This summary highlights futures positions and changes made by hedge funds across commodities and forex during the week to last Tuesday, June 6. Supported by a softer dollar it was a week that saw continued stock market gains and the VIX index slump to a post-pandemic low while bond yields held steady as the market tried to gauge the result of the upcoming FOMC meeting amid mixed macro-economic signals. A strong start to June helped lift the commodity sector, and with that the speculative interest across all sectors.
Commodity sector: Money managers which include leveraged traders such as hedge funds and trend-following CTA’s remain key actors across the commodity market, and on a weekly basis the US CFTC (Commodity Futures Trading Commission) through its Commitment of Traders Report give insight to the positioning among this group of traders. Instead of causing them, this group tends to anticipate, accelerate, and amplify price changes that have been set in motion by fundamentals. Being followers of momentum, this strategy more often than not sees this group of traders buy into strength and sell into weakness, meaning that they are often found holding the biggest long near the peak of a cycle or the biggest short position ahead of a through in the market.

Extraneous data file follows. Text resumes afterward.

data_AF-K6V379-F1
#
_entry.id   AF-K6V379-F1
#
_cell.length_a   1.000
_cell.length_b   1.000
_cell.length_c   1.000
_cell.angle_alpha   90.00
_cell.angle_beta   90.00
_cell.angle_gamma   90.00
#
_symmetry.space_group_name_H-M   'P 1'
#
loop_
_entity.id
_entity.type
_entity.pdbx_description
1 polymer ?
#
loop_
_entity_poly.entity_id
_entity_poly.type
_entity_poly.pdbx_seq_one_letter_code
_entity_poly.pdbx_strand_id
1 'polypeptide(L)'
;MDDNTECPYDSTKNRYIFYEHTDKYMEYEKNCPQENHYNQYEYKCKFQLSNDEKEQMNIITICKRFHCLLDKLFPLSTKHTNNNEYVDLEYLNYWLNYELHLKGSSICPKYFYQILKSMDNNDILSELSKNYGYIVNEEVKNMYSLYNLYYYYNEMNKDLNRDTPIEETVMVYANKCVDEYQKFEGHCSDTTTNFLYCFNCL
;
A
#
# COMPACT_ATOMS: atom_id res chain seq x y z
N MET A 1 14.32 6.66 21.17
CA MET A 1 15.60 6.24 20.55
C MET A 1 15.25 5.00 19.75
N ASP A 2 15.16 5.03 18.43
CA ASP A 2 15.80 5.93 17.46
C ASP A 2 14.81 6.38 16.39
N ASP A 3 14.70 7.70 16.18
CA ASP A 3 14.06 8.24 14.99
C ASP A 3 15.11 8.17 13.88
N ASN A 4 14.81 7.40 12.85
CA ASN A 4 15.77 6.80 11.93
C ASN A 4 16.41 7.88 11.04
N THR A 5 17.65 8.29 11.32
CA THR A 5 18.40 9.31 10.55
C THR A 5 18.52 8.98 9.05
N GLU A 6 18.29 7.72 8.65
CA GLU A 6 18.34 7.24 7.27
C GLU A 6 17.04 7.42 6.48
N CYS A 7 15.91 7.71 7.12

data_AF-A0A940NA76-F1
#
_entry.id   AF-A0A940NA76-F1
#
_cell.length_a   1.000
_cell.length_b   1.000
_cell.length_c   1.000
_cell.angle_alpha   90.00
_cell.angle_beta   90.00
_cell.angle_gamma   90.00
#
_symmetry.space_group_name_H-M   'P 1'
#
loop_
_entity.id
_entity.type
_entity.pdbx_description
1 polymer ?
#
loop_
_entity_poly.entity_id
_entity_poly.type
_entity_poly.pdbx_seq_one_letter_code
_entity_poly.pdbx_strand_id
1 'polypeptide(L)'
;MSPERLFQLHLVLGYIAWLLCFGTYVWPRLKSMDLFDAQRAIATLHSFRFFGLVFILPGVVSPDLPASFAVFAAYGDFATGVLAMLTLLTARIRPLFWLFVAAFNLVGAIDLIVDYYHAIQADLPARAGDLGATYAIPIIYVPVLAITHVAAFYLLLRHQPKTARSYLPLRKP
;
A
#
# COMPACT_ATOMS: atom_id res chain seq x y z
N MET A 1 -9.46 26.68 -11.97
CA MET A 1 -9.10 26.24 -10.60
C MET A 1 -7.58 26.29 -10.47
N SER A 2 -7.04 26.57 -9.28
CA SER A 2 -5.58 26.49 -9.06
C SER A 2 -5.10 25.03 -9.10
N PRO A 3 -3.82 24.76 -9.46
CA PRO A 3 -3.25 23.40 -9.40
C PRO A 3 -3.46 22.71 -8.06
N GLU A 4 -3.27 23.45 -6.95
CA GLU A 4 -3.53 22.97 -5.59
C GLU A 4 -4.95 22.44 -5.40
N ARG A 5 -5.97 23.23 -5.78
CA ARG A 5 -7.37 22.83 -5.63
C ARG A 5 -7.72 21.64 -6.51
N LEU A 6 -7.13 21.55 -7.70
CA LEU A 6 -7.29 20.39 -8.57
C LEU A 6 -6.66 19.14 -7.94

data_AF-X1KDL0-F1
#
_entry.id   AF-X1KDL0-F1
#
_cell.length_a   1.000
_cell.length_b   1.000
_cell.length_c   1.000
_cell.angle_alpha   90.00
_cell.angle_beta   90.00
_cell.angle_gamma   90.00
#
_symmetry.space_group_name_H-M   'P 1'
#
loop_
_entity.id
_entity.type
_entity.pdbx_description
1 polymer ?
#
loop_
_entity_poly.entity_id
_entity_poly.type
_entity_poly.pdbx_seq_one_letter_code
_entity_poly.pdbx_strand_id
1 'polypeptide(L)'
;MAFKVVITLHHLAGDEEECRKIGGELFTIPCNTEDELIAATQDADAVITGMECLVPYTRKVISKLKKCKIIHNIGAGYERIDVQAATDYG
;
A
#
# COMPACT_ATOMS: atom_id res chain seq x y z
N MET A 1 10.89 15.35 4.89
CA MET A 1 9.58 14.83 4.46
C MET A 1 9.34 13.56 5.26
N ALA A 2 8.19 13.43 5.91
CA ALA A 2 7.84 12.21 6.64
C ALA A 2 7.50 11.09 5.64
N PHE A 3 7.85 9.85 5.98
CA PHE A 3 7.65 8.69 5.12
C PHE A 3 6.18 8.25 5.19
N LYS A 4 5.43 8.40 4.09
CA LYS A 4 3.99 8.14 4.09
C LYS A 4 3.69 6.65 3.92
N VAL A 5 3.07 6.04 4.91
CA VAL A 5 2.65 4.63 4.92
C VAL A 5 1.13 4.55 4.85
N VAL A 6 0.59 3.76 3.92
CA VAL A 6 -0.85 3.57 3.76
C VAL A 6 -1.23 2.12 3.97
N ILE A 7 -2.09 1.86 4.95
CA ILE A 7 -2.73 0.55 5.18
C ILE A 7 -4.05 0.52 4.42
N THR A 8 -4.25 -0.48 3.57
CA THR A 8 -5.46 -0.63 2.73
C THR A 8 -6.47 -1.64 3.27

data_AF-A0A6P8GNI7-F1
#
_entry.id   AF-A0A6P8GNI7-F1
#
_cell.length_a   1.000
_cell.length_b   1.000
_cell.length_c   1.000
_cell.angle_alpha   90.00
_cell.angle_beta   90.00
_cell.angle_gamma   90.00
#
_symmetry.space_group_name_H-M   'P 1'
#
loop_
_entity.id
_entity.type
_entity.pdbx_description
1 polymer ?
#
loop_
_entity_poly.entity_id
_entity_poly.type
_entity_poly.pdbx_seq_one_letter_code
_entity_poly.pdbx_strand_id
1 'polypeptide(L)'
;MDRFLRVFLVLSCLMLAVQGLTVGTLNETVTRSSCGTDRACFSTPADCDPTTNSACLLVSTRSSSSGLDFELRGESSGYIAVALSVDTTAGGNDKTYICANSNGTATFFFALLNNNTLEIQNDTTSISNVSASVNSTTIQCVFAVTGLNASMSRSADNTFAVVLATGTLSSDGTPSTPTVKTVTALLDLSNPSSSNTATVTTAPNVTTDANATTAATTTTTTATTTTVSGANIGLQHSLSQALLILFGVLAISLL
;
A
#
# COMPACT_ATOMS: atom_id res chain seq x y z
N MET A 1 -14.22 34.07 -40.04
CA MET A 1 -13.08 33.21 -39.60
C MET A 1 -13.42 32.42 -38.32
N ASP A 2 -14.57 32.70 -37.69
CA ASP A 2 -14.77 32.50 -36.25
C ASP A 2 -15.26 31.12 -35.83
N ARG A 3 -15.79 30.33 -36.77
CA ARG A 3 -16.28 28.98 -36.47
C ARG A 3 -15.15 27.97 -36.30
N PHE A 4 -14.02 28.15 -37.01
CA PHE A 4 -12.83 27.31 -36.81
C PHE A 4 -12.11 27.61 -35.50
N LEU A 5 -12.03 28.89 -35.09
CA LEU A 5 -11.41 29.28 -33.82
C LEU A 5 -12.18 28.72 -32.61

In the week to June 6, the Bloomberg Commodity Index climbed 2.1% as May weakness was replaced by early June strength driven by a softer dollar, speculation that the Chinese government may step up its support for the economy, hot and dry weather raising concerns across the agriculture sector and Saudi Arabia’s latest attempt to prop up the oil market. Gains were seen across all the major sectors led by livestock (+7%), grains (+4%) and energy (+2.2%).
Speculators, responding to these across-market gains, lifted their net long across 24 commodities by a combined 117k contracts to 775k, the biggest one-week addition in seven weeks. As per the table below just a handful of commodities saw net selling amid a broad recovery in risk appetite, with demand being led by crude oil, diesel products, gold, copper, and most agricultural commodities, led by soybeans, cattle, and hogs.